It’s not an easy time for students wanting to figure out how to get a job in advertising. You need to fight hard to get your first job in the creative industries. I recently gave a speech to a group of students from Temple University about creativity in business. The most common questions afterwards were about careers, internships and jobs. It seems that finding a job in advertising is proving even more difficult than ever.
I’ve picked up a few tips over the years on how the industry works and what the best ways to get started are. London has an amazing array of advertising, marketing, communications and public relations agencies.
What is your craft?
The first thing to identify is the craft you want to pursue. It’s too easy to say “I want to work in advertising” or “I love design.” The communications industries have evolved to a point of specialisation where there are very different crafts within each industry. At the very least, you should have an idea on which of the following you would enjoy most:
- Strategist Walking into an offsite room with no brief and no idea why you are there. Then figuring out what is needed and how to communicate it. – You probably like venn diagrams and moleskine notebooks.
- Client services Walking into an onsite meeting room with someone you already know to catch up and update them on how things are going. Without getting into a fight over the colour of the logo. – You probably enjoy socialising and organising things.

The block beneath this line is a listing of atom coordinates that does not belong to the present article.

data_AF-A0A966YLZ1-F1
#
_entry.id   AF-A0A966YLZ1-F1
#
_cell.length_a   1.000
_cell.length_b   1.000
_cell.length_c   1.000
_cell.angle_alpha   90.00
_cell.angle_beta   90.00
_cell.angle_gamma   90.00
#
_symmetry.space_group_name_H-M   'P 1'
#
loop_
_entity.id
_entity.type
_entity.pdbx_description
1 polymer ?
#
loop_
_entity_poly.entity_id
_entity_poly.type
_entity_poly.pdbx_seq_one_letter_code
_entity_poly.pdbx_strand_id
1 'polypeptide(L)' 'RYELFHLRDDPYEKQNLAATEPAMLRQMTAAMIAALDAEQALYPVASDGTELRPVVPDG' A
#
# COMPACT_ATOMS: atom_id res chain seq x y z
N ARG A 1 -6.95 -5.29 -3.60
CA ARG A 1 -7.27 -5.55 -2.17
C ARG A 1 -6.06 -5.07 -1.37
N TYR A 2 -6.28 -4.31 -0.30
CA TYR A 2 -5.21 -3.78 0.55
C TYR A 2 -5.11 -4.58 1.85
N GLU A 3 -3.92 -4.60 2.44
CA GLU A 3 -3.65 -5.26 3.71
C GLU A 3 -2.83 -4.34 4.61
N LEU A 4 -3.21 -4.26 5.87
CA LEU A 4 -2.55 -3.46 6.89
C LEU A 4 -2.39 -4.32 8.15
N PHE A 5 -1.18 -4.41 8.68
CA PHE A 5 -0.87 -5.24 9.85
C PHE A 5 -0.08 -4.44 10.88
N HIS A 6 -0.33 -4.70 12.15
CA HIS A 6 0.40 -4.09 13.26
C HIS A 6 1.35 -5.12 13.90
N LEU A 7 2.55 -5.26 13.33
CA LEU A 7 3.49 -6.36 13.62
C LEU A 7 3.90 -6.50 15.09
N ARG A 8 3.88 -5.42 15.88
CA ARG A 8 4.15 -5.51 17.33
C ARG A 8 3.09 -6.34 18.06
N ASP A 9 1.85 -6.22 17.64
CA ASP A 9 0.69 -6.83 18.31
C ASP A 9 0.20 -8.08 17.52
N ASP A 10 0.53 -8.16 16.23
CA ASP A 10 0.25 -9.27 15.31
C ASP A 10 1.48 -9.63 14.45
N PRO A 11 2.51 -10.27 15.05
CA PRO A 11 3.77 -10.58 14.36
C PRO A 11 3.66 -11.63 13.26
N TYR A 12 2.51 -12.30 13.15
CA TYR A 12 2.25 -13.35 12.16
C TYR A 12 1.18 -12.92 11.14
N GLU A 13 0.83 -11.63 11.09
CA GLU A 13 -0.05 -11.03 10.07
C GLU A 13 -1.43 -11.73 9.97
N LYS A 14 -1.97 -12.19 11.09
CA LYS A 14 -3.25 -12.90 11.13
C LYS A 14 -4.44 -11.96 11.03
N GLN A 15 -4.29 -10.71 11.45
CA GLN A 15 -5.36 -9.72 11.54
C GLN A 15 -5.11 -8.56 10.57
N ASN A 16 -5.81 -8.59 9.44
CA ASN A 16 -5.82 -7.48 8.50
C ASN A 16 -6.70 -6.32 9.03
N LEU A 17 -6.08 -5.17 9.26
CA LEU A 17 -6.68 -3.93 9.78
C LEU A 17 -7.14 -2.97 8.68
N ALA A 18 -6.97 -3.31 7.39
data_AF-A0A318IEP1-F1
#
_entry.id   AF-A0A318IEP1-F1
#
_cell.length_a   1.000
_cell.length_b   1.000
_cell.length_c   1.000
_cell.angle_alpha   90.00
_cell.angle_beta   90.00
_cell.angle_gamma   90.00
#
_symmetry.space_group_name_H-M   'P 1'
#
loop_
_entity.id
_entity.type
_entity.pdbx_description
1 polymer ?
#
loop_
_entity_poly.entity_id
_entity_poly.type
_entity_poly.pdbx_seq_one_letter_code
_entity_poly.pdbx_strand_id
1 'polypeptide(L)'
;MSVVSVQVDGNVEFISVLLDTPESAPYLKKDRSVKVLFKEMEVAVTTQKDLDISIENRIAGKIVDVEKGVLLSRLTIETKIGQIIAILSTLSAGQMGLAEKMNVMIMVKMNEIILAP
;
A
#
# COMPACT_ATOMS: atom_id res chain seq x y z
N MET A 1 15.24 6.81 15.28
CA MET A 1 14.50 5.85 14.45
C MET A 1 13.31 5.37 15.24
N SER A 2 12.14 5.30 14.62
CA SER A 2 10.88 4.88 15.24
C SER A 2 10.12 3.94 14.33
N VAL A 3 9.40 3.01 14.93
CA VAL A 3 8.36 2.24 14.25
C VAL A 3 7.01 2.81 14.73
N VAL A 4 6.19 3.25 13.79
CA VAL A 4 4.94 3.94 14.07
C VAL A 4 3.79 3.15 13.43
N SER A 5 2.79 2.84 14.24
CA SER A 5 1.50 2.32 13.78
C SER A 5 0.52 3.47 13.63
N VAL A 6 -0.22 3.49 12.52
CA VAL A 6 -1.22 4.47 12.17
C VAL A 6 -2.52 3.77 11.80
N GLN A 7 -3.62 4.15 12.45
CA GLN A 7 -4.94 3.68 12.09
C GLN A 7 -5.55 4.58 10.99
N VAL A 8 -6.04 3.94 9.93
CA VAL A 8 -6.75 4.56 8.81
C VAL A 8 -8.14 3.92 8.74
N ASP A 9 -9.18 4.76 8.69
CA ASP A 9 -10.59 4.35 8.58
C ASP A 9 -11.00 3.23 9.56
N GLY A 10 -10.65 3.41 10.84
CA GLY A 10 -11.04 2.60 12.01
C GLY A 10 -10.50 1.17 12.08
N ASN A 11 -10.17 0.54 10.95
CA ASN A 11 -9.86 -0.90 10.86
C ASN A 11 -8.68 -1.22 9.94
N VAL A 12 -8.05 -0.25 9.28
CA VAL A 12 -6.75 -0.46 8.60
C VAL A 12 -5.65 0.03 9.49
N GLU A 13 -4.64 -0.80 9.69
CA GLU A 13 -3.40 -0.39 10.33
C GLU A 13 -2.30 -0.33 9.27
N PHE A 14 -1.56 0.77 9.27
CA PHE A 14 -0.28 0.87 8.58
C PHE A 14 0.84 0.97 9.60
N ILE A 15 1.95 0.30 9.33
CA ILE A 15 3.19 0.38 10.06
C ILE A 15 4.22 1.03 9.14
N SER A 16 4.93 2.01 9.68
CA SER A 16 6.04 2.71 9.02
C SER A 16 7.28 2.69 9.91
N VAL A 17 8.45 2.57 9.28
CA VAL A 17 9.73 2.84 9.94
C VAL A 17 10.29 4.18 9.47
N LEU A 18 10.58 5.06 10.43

- Copywriter Walking into a breakout room to brainstorm ideas and think about headlines. – You probably enjoy movies and critiquing other advertisements.
- Art director Walking into a breakout room to brainstorm ideas and think of ways for an advertisement to come to life. – You probably enjoy album covers and fonts.
These are grossly over-simplified and ignore the tapestry of long-form copyrighting, graphic design, product design, illustration, animation, production, photography, web development and other careers within marketing and communications. It may be years before you get to specialise in one or other of these career tracks and you will probably start out as a general intern, account executive or graduate trainee. But knowing what path you are most interested in will make you much more credible in job interviews.
A stranger in a strange land?